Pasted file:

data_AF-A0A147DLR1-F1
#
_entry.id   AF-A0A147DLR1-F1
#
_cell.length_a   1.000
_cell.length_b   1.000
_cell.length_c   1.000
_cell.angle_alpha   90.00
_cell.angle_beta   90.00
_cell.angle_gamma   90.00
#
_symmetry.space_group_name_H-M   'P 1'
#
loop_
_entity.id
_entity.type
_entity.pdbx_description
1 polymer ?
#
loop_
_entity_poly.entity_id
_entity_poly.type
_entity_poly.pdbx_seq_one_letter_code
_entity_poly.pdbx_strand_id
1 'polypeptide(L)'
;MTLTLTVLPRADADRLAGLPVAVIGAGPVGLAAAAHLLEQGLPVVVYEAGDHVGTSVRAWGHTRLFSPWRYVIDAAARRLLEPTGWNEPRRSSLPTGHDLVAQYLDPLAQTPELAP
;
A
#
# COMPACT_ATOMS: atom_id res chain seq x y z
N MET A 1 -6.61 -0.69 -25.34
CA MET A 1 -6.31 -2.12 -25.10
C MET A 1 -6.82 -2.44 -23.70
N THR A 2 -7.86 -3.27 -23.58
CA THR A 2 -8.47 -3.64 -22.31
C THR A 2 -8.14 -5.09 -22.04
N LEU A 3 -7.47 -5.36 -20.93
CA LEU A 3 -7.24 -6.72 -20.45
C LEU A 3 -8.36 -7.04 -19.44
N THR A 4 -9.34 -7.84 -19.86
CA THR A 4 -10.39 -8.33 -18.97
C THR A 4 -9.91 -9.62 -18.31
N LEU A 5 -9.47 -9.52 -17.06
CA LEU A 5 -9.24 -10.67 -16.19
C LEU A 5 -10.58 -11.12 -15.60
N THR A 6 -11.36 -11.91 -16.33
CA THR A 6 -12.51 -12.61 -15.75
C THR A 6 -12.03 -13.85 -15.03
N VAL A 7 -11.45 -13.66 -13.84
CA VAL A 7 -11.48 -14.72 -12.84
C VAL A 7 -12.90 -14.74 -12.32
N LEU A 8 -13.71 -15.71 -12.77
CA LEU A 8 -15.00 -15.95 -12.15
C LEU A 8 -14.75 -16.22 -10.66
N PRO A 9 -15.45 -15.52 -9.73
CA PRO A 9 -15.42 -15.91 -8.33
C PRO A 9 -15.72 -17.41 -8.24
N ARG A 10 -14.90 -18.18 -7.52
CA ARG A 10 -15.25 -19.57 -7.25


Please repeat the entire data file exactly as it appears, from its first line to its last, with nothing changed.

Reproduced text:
data_AF-A0A147DLR1-F1
#
_entry.id   AF-A0A147DLR1-F1
#
_cell.length_a   1.000
_cell.length_b   1.000
_cell.length_c   1.000
_cell.angle_alpha   90.00
_cell.angle_beta   90.00
_cell.angle_gamma   90.00
#
_symmetry.space_group_name_H-M   'P 1'
#
loop_
_entity.id
_entity.type
_entity.pdbx_description
1 polymer ?
#
loop_
_entity_poly.entity_id
_entity_poly.type
_entity_poly.pdbx_seq_one_letter_code
_entity_poly.pdbx_strand_id
1 'polypeptide(L)'
;MTLTLTVLPRADADRLAGLPVAVIGAGPVGLAAAAHLLEQGLPVVVYEAGDHVGTSVRAWGHTRLFSPWRYVIDAAARRLLEPTGWNEPRRSSLPTGHDLVAQYLDPLAQTPELAP
;
A
#
# COMPACT_ATOMS: atom_id res chain seq x y z
N MET A 1 -6.61 -0.69 -25.34
CA MET A 1 -6.31 -2.12 -25.10
C MET A 1 -6.82 -2.44 -23.70
N THR A 2 -7.86 -3.27 -23.58
CA THR A 2 -8.47 -3.64 -22.31
C THR A 2 -8.14 -5.09 -22.04
N LEU A 3 -7.47 -5.36 -20.93
CA LEU A 3 -7.24 -6.72 -20.45
C LEU A 3 -8.36 -7.04 -19.44
N THR A 4 -9.34 -7.84 -19.86
CA THR A 4 -10.39 -8.33 -18.97
C THR A 4 -9.91 -9.62 -18.31
N LEU A 5 -9.47 -9.52 -17.06
CA LEU A 5 -9.24 -10.67 -16.19
C LEU A 5 -10.58 -11.12 -15.60
N THR A 6 -11.36 -11.91 -16.33
CA THR A 6 -12.51 -12.61 -15.75
C THR A 6 -12.03 -13.85 -15.03
N VAL A 7 -11.45 -13.66 -13.84
CA VAL A 7 -11.48 -14.72 -12.84
C VAL A 7 -12.90 -14.74 -12.32
N LEU A 8 -13.71 -15.71 -12.77
CA LEU A 8 -15.00 -15.95 -12.15
C LEU A 8 -14.75 -16.22 -10.66
N PRO A 9 -15.45 -15.52 -9.73
CA PRO A 9 -15.42 -15.91 -8.33
C PRO A 9 -15.72 -17.41 -8.24
N ARG A 10 -14.90 -18.18 -7.52
CA ARG A 10 -15.25 -19.57 -7.25